Mini-tornadoes of spores shown in raindrop impact
BLACKSBURG, Va. — Plant diseases are a significant threat to our food security, and while rain provides fresh water to our crops, splashing drops may also contribute to the spread of plant disease.
Raindrop impact is known to be a mechanism for dispersing microscopic spores of pathogens, which infect staple crops and devastate crop yields.
Recent research in the Schmale Lab at Virginia Tech and the Jung Lab at Cornell University has illuminated how the splashing of rain droplets can transport spores of pathogens from infected plants.
The team used high-speed video cameras to observe microscopic tornadoes of rust spores generated from the impact of raindrops on infected wheat leaves.
Their findings, which were recently published in the Proceedings of the National Academy of Science, have implications for preventing disease spread in wheat crops.
“Previous studies only focused on wet-dispersed spores following raindrop impact. We are the first to demonstrate tornado-like air vortices that result from raindrop impact. These microscopic tornadoes may help transport plant pathogens over long distances,” said David G. Schmale III, professor in the School of Plant and Environmental Sciences in the College of Agriculture and Life Sciences and affiliated faculty member of the Fralin Life Science Institute.
The researchers set up experiments using a high-speed video camera to capture images of raindrops impacting wheat plants infected with the rust fungus, Puccinia triticina. These experiments shed new light on the physics of spore dispersal during rainfall.
“Interdisciplinary research is needed to bridge plant pathology and ﬂuid mechanics to study the mechanics of plant pathogen dispersal,” said Hope Gruszewski, a laboratory specialist senior in the Schmale Lab and a co-author on the paper.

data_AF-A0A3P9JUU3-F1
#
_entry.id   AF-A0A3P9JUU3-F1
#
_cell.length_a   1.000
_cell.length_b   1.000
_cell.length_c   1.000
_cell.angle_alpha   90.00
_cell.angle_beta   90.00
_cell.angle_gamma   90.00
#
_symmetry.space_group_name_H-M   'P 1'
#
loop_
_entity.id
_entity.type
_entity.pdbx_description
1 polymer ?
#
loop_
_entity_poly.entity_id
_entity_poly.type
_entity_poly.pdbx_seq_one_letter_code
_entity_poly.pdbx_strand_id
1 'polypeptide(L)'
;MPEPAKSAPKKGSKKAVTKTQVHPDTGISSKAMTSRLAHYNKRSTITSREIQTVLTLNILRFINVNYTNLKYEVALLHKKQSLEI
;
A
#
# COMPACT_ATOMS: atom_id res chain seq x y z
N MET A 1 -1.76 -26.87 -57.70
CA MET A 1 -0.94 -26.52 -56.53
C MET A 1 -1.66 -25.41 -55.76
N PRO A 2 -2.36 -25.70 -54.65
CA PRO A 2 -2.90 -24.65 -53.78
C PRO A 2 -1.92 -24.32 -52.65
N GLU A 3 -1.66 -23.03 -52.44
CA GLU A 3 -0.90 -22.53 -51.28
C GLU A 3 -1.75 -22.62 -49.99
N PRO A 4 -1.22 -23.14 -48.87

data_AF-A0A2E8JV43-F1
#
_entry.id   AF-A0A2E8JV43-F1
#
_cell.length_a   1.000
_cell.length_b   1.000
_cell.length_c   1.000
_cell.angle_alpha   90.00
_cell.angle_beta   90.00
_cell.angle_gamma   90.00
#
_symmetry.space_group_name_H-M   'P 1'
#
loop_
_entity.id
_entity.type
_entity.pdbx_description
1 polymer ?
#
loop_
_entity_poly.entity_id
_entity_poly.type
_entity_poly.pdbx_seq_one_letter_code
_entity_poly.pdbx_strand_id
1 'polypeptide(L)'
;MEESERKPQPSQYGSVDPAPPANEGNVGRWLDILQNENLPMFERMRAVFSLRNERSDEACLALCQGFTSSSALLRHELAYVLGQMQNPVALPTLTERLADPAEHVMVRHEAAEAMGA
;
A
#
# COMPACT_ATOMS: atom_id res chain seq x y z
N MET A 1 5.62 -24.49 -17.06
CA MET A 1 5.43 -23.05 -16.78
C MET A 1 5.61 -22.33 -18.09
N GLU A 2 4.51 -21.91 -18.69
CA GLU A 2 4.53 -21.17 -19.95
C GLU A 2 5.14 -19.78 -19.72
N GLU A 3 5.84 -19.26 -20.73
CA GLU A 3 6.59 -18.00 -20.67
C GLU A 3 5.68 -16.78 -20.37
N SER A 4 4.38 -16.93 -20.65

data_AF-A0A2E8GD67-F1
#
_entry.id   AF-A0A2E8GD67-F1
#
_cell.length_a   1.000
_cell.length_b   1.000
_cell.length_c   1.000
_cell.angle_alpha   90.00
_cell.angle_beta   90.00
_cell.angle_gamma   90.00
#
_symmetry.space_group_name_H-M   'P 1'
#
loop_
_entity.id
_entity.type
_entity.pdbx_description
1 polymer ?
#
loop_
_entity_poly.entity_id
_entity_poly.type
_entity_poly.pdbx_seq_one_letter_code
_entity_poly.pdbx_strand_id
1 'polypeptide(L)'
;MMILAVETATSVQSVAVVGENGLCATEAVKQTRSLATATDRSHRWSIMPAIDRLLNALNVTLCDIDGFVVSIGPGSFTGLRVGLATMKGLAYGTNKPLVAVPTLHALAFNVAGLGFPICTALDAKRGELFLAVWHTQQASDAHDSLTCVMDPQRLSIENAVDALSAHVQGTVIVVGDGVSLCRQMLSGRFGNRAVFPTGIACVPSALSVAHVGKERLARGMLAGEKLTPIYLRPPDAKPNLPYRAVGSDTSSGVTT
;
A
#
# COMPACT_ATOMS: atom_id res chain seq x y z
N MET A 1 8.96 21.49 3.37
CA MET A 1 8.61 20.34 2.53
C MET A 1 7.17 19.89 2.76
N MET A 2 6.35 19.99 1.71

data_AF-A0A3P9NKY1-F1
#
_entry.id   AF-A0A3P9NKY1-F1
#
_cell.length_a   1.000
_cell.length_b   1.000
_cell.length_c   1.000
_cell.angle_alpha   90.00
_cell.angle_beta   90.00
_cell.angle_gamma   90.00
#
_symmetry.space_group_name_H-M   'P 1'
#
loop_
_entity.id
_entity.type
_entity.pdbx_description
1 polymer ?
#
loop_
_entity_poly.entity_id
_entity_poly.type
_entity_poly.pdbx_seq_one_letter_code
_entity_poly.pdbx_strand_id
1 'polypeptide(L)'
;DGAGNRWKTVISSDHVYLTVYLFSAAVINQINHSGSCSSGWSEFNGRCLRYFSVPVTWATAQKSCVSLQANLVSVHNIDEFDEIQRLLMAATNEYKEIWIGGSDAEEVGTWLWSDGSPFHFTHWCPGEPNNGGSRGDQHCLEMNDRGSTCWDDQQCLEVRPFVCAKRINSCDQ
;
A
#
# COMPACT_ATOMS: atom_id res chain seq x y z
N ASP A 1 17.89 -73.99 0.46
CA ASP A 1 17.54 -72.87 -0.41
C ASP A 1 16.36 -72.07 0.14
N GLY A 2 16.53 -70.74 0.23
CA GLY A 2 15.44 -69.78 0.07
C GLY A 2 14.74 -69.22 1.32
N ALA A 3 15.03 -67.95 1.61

This previously unknown method of air-vortex dispersal is a swirling mechanism that can be likened to a mini-tornado of air that carries the plant pathogens off the plant and onto air currents, with the potential for transport over much longer distances.
“Our lab specializes in high-speed imaging and fluid mechanics. We used a high-speed video camera to visualize rust spores being liberated from an infected wheat leaf. We observed thousands of spores being transported in air vortices following raindrop impact. That was quite surprising,” said Sunghwan Jung, professor in the Department of Biological and Environmental Engineering at Cornell University.
The air-vortex dispersal mechanism could explain abrupt increases in spores in the atmosphere immediately after major rainfalls.
Understanding the spread of plant pathogens during rainfall could help farmers better manage the timing of fungicide applications to their crops.
“Our research has the potential to provide new strategies for minimizing disease spread in wheat, which could help us meet future wheat yield demands,” said Hyunggon Park, a Ph.D. student in the biological transport program at Virginia Tech, co-advised by Schmale, and a co-author on the paper.
This research was funded by the USDA’s National Institute of Food and Agriculture.
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